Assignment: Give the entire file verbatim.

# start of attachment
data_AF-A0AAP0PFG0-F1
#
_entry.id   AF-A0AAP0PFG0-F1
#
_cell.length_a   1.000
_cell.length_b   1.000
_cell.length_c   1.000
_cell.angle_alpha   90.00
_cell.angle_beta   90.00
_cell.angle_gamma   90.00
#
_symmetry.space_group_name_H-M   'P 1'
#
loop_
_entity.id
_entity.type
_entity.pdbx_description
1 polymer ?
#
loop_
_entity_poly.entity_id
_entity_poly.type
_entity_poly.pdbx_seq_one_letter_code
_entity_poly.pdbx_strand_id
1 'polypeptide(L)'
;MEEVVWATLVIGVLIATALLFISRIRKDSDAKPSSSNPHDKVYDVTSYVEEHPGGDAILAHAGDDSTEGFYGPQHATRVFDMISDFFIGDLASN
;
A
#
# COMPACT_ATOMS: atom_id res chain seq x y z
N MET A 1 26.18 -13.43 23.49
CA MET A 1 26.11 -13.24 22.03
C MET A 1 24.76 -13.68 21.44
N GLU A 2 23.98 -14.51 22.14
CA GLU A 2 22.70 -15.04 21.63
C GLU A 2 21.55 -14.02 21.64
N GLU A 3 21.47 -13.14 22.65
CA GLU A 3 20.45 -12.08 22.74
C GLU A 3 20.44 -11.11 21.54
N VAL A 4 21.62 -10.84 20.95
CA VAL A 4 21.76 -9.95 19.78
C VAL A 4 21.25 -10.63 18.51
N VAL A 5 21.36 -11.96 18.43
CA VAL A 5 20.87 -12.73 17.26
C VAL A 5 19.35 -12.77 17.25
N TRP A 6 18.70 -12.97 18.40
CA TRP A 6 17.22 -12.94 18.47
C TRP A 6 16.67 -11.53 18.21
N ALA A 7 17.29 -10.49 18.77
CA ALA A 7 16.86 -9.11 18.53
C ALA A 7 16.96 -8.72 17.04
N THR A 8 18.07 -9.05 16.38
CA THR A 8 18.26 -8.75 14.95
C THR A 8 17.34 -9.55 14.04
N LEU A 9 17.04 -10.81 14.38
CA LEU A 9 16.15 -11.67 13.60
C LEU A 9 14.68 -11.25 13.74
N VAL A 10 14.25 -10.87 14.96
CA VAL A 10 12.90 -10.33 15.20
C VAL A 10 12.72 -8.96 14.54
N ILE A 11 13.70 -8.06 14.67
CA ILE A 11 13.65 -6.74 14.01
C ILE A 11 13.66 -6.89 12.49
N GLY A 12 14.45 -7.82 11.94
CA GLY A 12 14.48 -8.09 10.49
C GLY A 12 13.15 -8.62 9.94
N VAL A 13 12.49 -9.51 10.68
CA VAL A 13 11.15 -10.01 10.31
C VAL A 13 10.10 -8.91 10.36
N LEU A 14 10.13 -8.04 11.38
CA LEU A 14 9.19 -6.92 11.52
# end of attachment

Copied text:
data_AF-A0AAP0PFG0-F1
#
_entry.id   AF-A0AAP0PFG0-F1
#
_cell.length_a   1.000
_cell.length_b   1.000
_cell.length_c   1.000
_cell.angle_alpha   90.00
_cell.angle_beta   90.00
_cell.angle_gamma   90.00
#
_symmetry.space_group_name_H-M   'P 1'
#
loop_
_entity.id
_entity.type
_entity.pdbx_description
1 polymer ?
#
loop_
_entity_poly.entity_id
_entity_poly.type
_entity_poly.pdbx_seq_one_letter_code
_entity_poly.pdbx_strand_id
1 'polypeptide(L)'
;MEEVVWATLVIGVLIATALLFISRIRKDSDAKPSSSNPHDKVYDVTSYVEEHPGGDAILAHAGDDSTEGFYGPQHATRVFDMISDFFIGDLASN
;
A
#
# COMPACT_ATOMS: atom_id res chain seq x y z
N MET A 1 26.18 -13.43 23.49
CA MET A 1 26.11 -13.24 22.03
C MET A 1 24.76 -13.68 21.44
N GLU A 2 23.98 -14.51 22.14
CA GLU A 2 22.70 -15.04 21.63
C GLU A 2 21.55 -14.02 21.64
N GLU A 3 21.47 -13.14 22.65
CA GLU A 3 20.45 -12.08 22.74
C GLU A 3 20.44 -11.11 21.54
N VAL A 4 21.62 -10.84 20.95
CA VAL A 4 21.76 -9.95 19.78
C VAL A 4 21.25 -10.63 18.51
N VAL A 5 21.36 -11.96 18.43
CA VAL A 5 20.87 -12.73 17.26
C VAL A 5 19.35 -12.77 17.25
N TRP A 6 18.70 -12.97 18.40
CA TRP A 6 17.22 -12.94 18.47
C TRP A 6 16.67 -11.53 18.21
N ALA A 7 17.29 -10.49 18.77
CA ALA A 7 16.86 -9.11 18.53
C ALA A 7 16.96 -8.72 17.04
N THR A 8 18.07 -9.05 16.38
CA THR A 8 18.26 -8.75 14.95
C THR A 8 17.34 -9.55 14.04
N LEU A 9 17.04 -10.81 14.38
CA LEU A 9 16.15 -11.67 13.60
C LEU A 9 14.68 -11.25 13.74
N VAL A 10 14.25 -10.87 14.96
CA VAL A 10 12.90 -10.33 15.20
C VAL A 10 12.72 -8.96 14.54
N ILE A 11 13.70 -8.06 14.67
CA ILE A 11 13.65 -6.74 14.01
C ILE A 11 13.66 -6.89 12.49
N GLY A 12 14.45 -7.82 11.94
CA GLY A 12 14.48 -8.09 10.49
C GLY A 12 13.15 -8.62 9.94
N VAL A 13 12.49 -9.51 10.68
CA VAL A 13 11.15 -10.01 10.31
C VAL A 13 10.10 -8.91 10.36
N LEU A 14 10.13 -8.04 11.38
CA LEU A 14 9.19 -6.92 11.52